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MARKER DATABASE
“Bite-Size Bits of Local, National, and Global History”
“Bite-Size Bits of Local, National, and Global History”
Cumberland in Allegany County, Maryland — The American Northeast (Mid-Atlantic)
 

The First Iron Rails

 
 
The First Iron Rails Marker image. Click for full size.
By J. J. Prats, June 7, 2006
1. The First Iron Rails Marker
Inscription. The first iron rails made in the United States were manufactured in 1844 at Mount Savage. Before that time all iron rails were imported from England.
 
Erected by the State Roads Commission.
 
Location. 39° 40.168′ N, 78° 47.544′ W. Marker is in Cumberland, Maryland, in Allegany County. Marker is on National Highway (U.S. 40) west of Mt. Savage Road NW (Maryland Route 36), on the right when traveling east. Click for map. Marker is in this post office area: Cumberland MD 21502, United States of America.
 
Other nearby markers. At least 5 other markers are within 2 miles of this marker, measured as the crow flies. “The Narrows” (approx. mile away); The Narrows (approx. mile away); Site of Bridge 1834 (approx. 0.8 miles away); "Braddock's Road" (approx. 1.5 miles away); Headquarters of George Washington (approx. 1.9 miles away). Click for a list of all markers in Cumberland.
 
Regarding The First Iron Rails. Mount Savage and its Foundry Row is 7.5 miles from this marker on Route 36.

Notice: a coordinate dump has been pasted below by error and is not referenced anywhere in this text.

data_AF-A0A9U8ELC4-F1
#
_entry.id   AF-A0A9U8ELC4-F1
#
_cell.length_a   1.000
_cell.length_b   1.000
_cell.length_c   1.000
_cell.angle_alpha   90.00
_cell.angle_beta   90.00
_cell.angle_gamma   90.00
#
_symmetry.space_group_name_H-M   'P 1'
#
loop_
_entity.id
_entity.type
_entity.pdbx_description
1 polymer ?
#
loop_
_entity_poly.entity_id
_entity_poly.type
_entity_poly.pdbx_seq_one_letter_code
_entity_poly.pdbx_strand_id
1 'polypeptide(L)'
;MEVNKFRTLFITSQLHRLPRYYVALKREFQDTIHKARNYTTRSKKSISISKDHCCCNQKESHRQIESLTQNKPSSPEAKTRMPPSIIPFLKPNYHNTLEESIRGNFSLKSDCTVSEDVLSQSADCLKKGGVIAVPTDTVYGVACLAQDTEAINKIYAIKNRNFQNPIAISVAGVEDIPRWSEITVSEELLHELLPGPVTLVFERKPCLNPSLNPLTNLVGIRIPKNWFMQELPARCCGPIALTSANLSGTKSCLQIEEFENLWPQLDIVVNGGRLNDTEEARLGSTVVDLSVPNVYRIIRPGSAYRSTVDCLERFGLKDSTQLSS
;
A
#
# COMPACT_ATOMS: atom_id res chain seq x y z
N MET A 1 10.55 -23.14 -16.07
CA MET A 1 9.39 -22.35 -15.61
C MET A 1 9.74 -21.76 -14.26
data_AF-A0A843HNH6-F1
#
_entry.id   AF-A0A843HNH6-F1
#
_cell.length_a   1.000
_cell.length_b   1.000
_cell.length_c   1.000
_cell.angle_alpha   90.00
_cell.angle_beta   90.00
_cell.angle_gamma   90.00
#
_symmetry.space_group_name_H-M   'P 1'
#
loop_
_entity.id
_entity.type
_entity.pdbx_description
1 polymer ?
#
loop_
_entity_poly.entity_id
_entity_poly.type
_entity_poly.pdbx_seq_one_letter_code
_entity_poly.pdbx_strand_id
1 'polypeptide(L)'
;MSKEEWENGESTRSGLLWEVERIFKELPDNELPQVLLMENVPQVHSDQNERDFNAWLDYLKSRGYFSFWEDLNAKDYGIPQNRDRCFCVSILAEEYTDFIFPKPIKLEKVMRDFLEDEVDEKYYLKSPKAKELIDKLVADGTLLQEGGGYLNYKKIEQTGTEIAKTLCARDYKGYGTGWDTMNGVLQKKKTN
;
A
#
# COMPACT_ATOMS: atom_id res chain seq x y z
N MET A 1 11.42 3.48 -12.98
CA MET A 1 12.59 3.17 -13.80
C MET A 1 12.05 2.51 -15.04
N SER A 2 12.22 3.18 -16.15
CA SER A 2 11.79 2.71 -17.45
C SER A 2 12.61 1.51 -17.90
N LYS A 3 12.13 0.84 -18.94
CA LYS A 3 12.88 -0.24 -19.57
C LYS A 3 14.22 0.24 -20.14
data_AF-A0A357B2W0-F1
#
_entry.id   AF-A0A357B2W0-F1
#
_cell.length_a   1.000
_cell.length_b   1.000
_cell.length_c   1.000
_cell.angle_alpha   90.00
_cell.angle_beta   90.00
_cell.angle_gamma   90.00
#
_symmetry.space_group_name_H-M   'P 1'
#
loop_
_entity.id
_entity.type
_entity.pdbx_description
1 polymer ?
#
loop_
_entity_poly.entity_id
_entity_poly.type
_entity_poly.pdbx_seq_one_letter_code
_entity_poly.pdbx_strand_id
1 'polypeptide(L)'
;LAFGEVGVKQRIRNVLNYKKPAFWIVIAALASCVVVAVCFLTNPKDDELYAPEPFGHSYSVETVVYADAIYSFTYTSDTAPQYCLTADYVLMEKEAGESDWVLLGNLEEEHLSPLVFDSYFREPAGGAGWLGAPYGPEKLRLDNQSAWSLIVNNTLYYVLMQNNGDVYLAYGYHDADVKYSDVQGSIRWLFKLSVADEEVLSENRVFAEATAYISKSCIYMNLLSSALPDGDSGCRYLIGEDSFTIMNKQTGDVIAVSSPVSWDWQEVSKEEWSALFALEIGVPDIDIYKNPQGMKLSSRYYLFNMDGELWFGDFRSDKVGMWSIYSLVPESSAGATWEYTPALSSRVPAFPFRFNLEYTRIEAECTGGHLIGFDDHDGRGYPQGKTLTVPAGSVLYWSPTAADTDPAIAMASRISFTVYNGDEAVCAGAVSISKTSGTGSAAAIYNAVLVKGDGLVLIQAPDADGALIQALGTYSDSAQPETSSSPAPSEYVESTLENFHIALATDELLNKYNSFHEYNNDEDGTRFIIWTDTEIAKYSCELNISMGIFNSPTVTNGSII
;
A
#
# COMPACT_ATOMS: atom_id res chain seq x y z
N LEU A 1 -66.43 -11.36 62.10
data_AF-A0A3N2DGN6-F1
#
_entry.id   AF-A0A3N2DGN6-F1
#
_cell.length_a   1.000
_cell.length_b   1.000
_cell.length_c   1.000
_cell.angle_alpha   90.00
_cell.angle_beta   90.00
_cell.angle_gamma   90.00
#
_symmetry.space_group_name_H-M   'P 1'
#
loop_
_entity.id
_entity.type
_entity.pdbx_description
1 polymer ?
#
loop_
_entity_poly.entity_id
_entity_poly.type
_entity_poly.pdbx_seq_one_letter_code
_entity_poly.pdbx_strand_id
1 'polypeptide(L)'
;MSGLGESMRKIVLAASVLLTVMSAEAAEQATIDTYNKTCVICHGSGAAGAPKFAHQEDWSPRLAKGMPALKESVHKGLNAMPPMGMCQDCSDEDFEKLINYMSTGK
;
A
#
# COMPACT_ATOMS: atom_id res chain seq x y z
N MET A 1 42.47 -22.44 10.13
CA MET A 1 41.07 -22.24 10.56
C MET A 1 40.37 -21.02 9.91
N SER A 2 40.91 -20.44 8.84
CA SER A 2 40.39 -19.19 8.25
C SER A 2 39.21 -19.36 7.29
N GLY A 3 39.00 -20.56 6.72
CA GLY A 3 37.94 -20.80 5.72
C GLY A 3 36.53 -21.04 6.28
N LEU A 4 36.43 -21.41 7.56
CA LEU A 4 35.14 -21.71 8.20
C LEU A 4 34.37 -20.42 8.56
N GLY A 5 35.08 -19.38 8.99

Also see . . .  First Iron Rail, C&P Railroad, Brick Yard, Union Mining Company. This is the official website for the town of Mt Savage. On it you will find much
The First Iron Rails Marker image. Click for full size.
By J. J. Prats, June 7, 2006
2. The First Iron Rails Marker
History and Photos of the town. (Submitted on May 21, 2007, by Dennis Lashley of Mount Savage, Maryland.) 
 
Categories. Industry & CommerceRailroads & Streetcars
 
Mount Savage Iron Works in the 1850s image. Click for more information.
1857
3. Mount Savage Iron Works in the 1850s
This image comes from Brantz Mayer's article "A June Jaunt" in Harper's Magazine (vol. 14, iss. 83, April 1857), pp. 592-612 (the illustration is on p. 603). The subtitle of the article is "With some wanderings in the footsteps of Washington, Braddock, and the early Pioneers." In the article, a newspaperman takes a train and canal journey from Washington up the Potomac to see the National Road, the C&O canal, and the B&O railroad. During the jaunt, he goes through Mount Savage and described the somewhat-thriving furnaces and rolling mills there (the works had seen some contraction in the late 1840s, bu was prospering again in the 1850s).
Click for more information.
Mt Savage Iron Furnace Ruins image. Click for full size.
By Patricia Lawrence, April 27, 2009
4. Mt Savage Iron Furnace Ruins
These are the ruins of one of two iron furnaces that provided the iron for the rails.
 
 
Credits. This page originally submitted on , by J. J. Prats of Springfield, Virginia. This page has been viewed 2,418 times since then and 20 times this year. Photos:   1, 2. submitted on , by J. J. Prats of Springfield, Virginia.   3. submitted on , by Steven Walton of Bellefonte, Pennsylvania.   4. submitted on , by Patricia Lawrence of Gaithersburg, Maryland. This page was last revised on June 16, 2016.
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